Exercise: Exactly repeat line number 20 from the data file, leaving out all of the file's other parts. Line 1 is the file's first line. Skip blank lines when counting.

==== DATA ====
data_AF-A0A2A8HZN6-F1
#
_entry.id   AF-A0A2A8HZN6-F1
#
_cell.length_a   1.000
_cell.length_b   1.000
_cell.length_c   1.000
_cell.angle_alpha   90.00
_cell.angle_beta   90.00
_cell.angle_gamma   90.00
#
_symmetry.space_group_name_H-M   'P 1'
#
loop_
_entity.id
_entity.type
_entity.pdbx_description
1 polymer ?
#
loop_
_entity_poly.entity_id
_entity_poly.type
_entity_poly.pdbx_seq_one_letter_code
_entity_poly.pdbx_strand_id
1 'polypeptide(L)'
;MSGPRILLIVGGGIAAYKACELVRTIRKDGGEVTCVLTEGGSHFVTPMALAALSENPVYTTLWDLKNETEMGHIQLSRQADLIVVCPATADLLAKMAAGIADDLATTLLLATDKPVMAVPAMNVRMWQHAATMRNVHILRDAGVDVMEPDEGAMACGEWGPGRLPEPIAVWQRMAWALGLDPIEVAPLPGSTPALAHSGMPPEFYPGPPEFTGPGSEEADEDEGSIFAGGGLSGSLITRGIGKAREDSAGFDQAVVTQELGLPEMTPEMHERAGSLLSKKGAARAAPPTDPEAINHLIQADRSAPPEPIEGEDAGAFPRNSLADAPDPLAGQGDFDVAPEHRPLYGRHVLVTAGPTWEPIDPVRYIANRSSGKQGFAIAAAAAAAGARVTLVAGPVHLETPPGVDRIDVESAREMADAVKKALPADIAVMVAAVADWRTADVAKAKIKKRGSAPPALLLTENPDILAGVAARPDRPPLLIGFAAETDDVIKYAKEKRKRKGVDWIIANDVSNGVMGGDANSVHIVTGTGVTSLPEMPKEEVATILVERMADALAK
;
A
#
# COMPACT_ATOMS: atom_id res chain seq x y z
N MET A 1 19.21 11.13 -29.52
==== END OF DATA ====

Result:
loop_